How Movember became more data-driven to communicate all year round
- 19 November, 2019 07:16
It’s November so, naturally, the call out to grow a ‘mo and help prevent male suicide for Movember is top of mind. But how does a not-for-profit like the Movember Foundation harness its data to create a strategy for better personalisation, targeting and all-year round messaging? And, most importantly, how can it do this in a cost-effective way?
Chief fundraising and development officer at Movember Foundation, Charlotte Webb, realised a few years ago the organisation needed to leverage technology, like CRM and marketing automation, in order to drive a better fundraising experience, year round. Enter The Lumery, which has been working closely with Movember to help it become more data-driven.
Traditionally, not-for-profits have been reticent to invest in martech or platforms to manage data because of the expense. However, Movember already had a platform, it simply needed to learn new ways to use it more effectively.
“We realised we needed to get Movember on this journey, and start moving towards a more data-driven approach and start driving towards leveraging all this new technology,” Webb explained to CMO.
The partnership has been running for more than two years. As Rajan Kumar, co-founder and managing director of The Lumery, explained, it has seen the agency supporting Movember across various aspects of its data strategy moving forward.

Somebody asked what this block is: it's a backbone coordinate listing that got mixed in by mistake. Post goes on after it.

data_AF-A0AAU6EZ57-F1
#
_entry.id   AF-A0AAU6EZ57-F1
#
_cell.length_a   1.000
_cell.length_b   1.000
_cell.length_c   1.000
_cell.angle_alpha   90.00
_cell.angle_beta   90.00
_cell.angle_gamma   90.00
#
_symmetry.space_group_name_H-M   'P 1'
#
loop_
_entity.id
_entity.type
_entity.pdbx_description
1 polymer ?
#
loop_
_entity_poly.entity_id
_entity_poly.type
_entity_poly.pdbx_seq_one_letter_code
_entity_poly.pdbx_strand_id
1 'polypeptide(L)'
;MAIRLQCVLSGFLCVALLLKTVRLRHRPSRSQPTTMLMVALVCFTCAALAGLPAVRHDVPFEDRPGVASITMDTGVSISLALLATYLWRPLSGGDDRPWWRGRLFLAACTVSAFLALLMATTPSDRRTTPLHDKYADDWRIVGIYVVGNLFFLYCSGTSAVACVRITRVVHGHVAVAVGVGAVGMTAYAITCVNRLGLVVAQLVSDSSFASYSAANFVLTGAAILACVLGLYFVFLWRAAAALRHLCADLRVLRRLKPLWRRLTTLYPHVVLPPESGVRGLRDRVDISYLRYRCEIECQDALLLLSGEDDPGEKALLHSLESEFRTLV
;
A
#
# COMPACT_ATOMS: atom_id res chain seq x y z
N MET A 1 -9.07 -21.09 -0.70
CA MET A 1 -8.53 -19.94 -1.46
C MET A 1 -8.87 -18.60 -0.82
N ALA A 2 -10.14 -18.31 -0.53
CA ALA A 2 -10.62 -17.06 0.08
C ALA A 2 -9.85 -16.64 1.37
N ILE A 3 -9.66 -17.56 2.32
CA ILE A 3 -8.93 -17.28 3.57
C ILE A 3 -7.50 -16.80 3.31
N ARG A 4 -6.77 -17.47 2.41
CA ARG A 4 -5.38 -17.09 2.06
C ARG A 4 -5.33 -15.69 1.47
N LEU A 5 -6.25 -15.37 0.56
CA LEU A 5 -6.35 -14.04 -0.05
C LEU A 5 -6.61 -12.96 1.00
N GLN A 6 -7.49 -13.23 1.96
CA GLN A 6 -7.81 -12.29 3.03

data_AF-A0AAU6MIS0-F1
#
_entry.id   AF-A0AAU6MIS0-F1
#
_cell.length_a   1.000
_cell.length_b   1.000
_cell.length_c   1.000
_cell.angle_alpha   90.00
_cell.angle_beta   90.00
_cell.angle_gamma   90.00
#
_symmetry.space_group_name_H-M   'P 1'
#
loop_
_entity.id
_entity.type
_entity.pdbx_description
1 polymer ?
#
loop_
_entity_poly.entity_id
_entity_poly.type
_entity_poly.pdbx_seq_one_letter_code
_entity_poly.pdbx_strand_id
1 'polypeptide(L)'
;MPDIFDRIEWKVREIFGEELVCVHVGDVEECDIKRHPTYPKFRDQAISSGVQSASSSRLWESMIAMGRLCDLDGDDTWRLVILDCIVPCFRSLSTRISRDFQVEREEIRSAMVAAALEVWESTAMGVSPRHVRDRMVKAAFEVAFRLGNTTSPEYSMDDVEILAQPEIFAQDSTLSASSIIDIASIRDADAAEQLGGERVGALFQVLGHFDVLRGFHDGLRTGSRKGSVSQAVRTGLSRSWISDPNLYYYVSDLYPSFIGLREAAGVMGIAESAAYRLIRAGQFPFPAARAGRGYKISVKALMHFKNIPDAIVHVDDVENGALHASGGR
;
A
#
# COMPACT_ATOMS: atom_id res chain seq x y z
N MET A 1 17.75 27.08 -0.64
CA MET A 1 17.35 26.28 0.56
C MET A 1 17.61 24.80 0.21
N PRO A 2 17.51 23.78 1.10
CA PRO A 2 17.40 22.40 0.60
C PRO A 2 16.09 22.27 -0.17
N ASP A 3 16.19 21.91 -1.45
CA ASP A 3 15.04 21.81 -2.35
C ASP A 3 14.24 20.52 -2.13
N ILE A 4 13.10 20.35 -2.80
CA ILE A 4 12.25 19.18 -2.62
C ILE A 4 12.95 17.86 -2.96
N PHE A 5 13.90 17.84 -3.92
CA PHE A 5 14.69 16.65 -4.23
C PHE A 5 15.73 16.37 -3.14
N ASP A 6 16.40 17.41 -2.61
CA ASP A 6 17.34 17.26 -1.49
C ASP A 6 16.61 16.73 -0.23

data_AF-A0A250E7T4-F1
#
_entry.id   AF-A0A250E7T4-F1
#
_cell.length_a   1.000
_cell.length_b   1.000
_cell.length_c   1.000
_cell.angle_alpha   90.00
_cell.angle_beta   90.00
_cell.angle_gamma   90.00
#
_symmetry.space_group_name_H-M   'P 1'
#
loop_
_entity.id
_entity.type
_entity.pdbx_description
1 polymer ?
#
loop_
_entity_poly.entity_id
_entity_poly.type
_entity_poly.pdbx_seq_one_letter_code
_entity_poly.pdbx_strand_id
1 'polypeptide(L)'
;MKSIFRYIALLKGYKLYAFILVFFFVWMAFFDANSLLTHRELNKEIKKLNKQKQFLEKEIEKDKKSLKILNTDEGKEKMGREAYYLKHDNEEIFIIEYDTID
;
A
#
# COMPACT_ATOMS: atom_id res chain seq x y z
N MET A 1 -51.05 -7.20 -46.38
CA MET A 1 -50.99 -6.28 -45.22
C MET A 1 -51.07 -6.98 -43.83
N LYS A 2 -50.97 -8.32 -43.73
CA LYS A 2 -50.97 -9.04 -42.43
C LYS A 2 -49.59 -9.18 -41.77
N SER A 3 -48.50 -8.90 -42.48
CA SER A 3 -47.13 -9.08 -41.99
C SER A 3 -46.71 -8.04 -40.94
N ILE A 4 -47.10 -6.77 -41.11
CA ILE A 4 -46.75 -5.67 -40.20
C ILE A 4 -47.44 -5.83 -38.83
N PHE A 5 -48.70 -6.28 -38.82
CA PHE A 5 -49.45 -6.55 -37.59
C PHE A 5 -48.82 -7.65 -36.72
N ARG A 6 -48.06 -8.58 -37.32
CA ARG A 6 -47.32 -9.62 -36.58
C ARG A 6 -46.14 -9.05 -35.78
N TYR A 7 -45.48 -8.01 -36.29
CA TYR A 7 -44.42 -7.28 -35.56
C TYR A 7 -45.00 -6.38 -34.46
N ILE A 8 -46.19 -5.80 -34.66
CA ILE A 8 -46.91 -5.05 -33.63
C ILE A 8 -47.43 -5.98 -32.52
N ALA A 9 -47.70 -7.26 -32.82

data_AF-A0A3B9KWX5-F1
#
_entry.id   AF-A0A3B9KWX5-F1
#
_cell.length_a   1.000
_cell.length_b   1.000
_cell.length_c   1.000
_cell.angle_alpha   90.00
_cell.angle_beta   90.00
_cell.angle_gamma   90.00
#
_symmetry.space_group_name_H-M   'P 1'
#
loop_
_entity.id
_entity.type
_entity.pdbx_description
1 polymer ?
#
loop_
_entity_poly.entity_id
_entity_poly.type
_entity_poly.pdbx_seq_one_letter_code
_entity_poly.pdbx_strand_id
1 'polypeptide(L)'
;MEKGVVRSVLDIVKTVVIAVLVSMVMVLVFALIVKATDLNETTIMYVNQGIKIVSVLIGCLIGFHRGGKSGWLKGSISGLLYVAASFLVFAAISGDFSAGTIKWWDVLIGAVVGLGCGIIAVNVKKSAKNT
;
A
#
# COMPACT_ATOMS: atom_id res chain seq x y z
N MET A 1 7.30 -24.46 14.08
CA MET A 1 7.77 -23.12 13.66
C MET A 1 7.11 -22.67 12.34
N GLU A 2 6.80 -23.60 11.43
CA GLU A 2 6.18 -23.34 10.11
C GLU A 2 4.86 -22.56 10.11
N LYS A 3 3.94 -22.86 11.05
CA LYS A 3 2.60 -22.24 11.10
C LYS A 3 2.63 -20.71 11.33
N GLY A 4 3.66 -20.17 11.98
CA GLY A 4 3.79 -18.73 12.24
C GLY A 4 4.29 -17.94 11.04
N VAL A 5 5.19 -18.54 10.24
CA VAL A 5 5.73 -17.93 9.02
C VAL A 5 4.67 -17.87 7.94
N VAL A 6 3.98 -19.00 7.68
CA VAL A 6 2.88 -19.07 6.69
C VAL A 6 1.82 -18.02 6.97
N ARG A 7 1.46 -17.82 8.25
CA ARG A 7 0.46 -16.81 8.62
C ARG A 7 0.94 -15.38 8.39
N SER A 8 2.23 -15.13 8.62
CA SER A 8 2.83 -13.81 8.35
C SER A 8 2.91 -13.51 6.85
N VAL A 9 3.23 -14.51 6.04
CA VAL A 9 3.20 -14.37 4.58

“We're supporting the customer journey and mapping work, to helping the team understand available data about supporters and the differences between all different kind of groups of people it's interacting with, and helping identify how to prioritise initiatives and tactics in a world where you could do lots of stuff,” he said. “But also how do you really go about making sure you make sense of the things that you need to focus on first?”
Off the back of this work, Movember has changed the way it engages and builds relationships with its supporters.
“Even though Movember has had enjoyed huge success since its inception in 2003, it actually really needed to transform the way in which it approached revenue generation. It needed to work strategically and use its CRM more effectively,” Webb said.
“When it comes to privacy and the way in which you look after your supporters’ data as a responsible charity, there is no choice but to be more data-driven. There is a requirement and it is an ethical responsibility to take care of people's money and their details."
That said, Webb agreed diving into the world of martech, and what organisations can do from a marketing and customer perspective is enormous.